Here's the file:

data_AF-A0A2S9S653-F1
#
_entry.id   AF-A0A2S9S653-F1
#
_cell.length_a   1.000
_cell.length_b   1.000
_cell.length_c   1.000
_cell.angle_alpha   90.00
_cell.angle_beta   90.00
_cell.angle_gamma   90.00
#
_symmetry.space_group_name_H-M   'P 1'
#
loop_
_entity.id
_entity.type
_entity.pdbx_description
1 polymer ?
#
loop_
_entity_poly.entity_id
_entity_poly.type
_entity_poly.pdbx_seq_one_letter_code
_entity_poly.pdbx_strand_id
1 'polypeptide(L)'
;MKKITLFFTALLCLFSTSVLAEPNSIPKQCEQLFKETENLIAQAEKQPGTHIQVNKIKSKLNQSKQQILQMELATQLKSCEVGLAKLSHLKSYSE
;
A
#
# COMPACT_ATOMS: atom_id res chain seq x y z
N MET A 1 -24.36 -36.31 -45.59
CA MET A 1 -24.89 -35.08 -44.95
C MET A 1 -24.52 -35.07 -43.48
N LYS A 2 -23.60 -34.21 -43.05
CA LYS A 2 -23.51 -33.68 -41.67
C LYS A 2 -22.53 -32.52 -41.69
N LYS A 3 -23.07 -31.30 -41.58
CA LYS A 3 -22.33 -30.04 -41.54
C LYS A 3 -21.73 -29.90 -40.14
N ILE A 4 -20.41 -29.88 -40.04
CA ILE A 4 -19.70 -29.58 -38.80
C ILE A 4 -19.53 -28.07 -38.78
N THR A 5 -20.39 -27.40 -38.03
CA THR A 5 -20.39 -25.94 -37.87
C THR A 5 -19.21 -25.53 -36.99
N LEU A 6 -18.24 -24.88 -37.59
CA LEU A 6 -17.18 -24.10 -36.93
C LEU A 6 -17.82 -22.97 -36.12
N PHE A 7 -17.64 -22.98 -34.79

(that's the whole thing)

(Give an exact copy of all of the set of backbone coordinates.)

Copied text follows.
data_AF-A0A2S9S653-F1
#
_entry.id   AF-A0A2S9S653-F1
#
_cell.length_a   1.000
_cell.length_b   1.000
_cell.length_c   1.000
_cell.angle_alpha   90.00
_cell.angle_beta   90.00
_cell.angle_gamma   90.00
#
_symmetry.space_group_name_H-M   'P 1'
#
loop_
_entity.id
_entity.type
_entity.pdbx_description
1 polymer ?
#
loop_
_entity_poly.entity_id
_entity_poly.type
_entity_poly.pdbx_seq_one_letter_code
_entity_poly.pdbx_strand_id
1 'polypeptide(L)'
;MKKITLFFTALLCLFSTSVLAEPNSIPKQCEQLFKETENLIAQAEKQPGTHIQVNKIKSKLNQSKQQILQMELATQLKSCEVGLAKLSHLKSYSE
;
A
#
# COMPACT_ATOMS: atom_id res chain seq x y z
N MET A 1 -24.36 -36.31 -45.59
CA MET A 1 -24.89 -35.08 -44.95
C MET A 1 -24.52 -35.07 -43.48
N LYS A 2 -23.60 -34.21 -43.05
CA LYS A 2 -23.51 -33.68 -41.67
C LYS A 2 -22.53 -32.52 -41.69
N LYS A 3 -23.07 -31.30 -41.58
CA LYS A 3 -22.33 -30.04 -41.54
C LYS A 3 -21.73 -29.90 -40.14
N ILE A 4 -20.41 -29.88 -40.04
CA ILE A 4 -19.70 -29.58 -38.80
C ILE A 4 -19.53 -28.07 -38.78
N THR A 5 -20.39 -27.40 -38.03
CA THR A 5 -20.39 -25.94 -37.87
C THR A 5 -19.21 -25.53 -36.99
N LEU A 6 -18.24 -24.88 -37.59
CA LEU A 6 -17.18 -24.10 -36.93
C LEU A 6 -17.82 -22.97 -36.12
N PHE A 7 -17.64 -22.98 -34.79